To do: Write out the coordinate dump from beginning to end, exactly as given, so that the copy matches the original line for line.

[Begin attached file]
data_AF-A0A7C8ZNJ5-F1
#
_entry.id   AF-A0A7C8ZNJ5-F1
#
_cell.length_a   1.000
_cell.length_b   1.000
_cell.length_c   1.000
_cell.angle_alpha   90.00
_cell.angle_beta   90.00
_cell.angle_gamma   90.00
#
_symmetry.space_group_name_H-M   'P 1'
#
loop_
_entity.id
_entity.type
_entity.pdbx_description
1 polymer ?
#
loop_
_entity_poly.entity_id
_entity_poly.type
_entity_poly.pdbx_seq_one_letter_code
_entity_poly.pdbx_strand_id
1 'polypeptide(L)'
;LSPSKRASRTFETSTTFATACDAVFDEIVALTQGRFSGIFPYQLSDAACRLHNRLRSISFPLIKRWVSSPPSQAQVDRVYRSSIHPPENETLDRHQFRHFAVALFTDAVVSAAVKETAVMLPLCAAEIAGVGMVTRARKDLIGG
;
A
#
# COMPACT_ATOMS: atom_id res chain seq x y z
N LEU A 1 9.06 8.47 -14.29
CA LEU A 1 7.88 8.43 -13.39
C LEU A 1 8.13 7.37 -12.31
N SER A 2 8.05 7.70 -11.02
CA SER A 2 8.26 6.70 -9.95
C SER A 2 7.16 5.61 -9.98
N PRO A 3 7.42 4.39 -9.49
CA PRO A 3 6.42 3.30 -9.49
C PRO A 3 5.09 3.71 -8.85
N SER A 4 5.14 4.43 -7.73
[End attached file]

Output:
data_AF-A0A7C8ZNJ5-F1
#
_entry.id   AF-A0A7C8ZNJ5-F1
#
_cell.length_a   1.000
_cell.length_b   1.000
_cell.length_c   1.000
_cell.angle_alpha   90.00
_cell.angle_beta   90.00
_cell.angle_gamma   90.00
#
_symmetry.space_group_name_H-M   'P 1'
#
loop_
_entity.id
_entity.type
_entity.pdbx_description
1 polymer ?
#
loop_
_entity_poly.entity_id
_entity_poly.type
_entity_poly.pdbx_seq_one_letter_code
_entity_poly.pdbx_strand_id
1 'polypeptide(L)'
;LSPSKRASRTFETSTTFATACDAVFDEIVALTQGRFSGIFPYQLSDAACRLHNRLRSISFPLIKRWVSSPPSQAQVDRVYRSSIHPPENETLDRHQFRHFAVALFTDAVVSAAVKETAVMLPLCAAEIAGVGMVTRARKDLIGG
;
A
#
# COMPACT_ATOMS: atom_id res chain seq x y z
N LEU A 1 9.06 8.47 -14.29
CA LEU A 1 7.88 8.43 -13.39
C LEU A 1 8.13 7.37 -12.31
N SER A 2 8.05 7.70 -11.02
CA SER A 2 8.26 6.70 -9.95
C SER A 2 7.16 5.61 -9.98
N PRO A 3 7.42 4.39 -9.49
CA PRO A 3 6.42 3.30 -9.49
C PRO A 3 5.09 3.71 -8.85
N SER A 4 5.14 4.43 -7.73